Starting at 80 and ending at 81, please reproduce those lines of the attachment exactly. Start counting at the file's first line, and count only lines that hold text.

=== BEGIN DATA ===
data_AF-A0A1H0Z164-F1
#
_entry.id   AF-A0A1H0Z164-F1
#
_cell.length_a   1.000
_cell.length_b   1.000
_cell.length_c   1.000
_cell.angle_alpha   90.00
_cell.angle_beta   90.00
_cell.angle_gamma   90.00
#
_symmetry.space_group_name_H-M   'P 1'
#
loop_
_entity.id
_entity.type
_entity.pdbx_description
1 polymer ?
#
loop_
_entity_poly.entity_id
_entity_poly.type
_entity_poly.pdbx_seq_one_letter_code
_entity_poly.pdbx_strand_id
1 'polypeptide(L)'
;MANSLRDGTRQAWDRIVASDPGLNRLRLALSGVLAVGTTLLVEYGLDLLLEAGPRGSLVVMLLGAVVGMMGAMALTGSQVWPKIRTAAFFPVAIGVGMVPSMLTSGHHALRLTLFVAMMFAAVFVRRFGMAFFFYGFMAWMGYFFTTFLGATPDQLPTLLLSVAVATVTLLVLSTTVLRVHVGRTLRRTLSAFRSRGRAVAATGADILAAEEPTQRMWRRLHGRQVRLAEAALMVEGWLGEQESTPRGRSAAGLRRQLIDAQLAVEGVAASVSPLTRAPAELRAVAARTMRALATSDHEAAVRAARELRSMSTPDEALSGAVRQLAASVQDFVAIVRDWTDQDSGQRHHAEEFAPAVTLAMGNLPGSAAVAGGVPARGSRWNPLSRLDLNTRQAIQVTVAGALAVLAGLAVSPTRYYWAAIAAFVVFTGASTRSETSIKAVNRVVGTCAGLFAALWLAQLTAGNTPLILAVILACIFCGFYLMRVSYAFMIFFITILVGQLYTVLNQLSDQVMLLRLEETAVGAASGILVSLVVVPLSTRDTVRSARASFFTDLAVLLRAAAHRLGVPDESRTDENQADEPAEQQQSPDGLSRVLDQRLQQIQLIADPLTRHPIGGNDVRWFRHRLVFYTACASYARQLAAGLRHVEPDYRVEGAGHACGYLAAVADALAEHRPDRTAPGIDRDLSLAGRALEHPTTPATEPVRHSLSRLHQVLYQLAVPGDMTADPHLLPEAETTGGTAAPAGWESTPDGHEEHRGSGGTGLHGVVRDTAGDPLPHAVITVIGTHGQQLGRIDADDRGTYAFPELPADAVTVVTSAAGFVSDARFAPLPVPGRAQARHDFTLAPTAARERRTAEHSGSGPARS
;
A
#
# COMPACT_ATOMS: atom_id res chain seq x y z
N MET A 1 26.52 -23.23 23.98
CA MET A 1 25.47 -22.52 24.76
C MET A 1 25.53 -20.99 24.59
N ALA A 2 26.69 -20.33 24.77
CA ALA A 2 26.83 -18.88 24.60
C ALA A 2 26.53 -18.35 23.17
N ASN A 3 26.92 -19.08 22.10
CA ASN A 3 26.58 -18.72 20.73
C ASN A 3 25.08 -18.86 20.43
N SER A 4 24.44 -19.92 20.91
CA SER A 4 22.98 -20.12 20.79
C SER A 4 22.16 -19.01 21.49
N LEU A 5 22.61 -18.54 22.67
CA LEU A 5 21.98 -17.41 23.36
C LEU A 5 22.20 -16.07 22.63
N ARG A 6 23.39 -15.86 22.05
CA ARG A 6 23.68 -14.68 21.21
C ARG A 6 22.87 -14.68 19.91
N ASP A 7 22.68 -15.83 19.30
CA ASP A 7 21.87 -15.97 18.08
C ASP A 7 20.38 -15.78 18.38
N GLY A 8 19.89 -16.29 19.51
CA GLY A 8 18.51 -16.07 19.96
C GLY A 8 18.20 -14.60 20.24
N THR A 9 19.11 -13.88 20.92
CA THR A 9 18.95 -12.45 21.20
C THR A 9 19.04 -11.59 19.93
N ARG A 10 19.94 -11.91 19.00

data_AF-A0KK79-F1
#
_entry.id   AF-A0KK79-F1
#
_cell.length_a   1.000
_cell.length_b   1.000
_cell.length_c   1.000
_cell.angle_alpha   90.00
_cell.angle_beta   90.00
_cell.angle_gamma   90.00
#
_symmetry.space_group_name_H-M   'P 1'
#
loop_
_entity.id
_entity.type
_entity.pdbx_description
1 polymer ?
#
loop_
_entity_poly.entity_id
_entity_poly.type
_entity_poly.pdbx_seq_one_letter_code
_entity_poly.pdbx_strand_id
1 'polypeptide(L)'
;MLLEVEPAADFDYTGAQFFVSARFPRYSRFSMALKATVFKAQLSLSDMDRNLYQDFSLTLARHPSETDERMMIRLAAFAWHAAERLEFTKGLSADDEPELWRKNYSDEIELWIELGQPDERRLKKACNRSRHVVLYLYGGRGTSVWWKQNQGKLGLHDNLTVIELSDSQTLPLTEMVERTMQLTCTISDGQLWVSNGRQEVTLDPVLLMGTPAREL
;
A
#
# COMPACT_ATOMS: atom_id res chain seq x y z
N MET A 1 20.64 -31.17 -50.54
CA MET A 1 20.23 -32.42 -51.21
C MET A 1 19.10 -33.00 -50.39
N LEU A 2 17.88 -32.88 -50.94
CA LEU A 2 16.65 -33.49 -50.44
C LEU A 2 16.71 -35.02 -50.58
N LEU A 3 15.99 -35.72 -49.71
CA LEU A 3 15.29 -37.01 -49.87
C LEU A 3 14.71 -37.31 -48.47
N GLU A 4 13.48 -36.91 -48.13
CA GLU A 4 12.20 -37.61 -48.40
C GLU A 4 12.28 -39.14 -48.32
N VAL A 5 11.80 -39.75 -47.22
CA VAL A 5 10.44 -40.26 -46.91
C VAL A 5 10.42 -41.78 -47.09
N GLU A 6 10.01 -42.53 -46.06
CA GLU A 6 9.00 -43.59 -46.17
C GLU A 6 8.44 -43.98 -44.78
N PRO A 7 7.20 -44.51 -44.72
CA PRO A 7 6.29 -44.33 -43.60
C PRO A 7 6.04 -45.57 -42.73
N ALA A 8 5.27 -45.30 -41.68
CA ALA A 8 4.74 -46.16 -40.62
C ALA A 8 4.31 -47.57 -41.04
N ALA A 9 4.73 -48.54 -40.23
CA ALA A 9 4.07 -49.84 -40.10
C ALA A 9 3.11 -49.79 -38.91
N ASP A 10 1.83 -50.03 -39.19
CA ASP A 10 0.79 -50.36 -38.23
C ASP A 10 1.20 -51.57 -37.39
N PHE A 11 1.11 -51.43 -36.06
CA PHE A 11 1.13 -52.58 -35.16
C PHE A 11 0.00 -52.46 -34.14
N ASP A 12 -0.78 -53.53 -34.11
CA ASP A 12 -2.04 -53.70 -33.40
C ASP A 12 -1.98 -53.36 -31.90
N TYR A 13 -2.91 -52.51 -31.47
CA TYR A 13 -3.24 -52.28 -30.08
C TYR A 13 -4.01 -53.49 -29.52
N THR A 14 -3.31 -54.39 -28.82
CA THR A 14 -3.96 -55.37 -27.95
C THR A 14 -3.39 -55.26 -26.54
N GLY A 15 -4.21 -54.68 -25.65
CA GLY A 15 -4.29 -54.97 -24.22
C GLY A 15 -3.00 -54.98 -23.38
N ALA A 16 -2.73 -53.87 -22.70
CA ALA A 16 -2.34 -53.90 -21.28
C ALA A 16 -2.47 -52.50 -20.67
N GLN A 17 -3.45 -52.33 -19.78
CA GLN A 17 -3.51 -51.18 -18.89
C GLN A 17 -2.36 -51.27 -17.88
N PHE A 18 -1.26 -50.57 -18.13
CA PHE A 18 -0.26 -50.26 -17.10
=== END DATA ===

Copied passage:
_entity_poly.type
_entity_poly.pdbx_seq_one_letter_code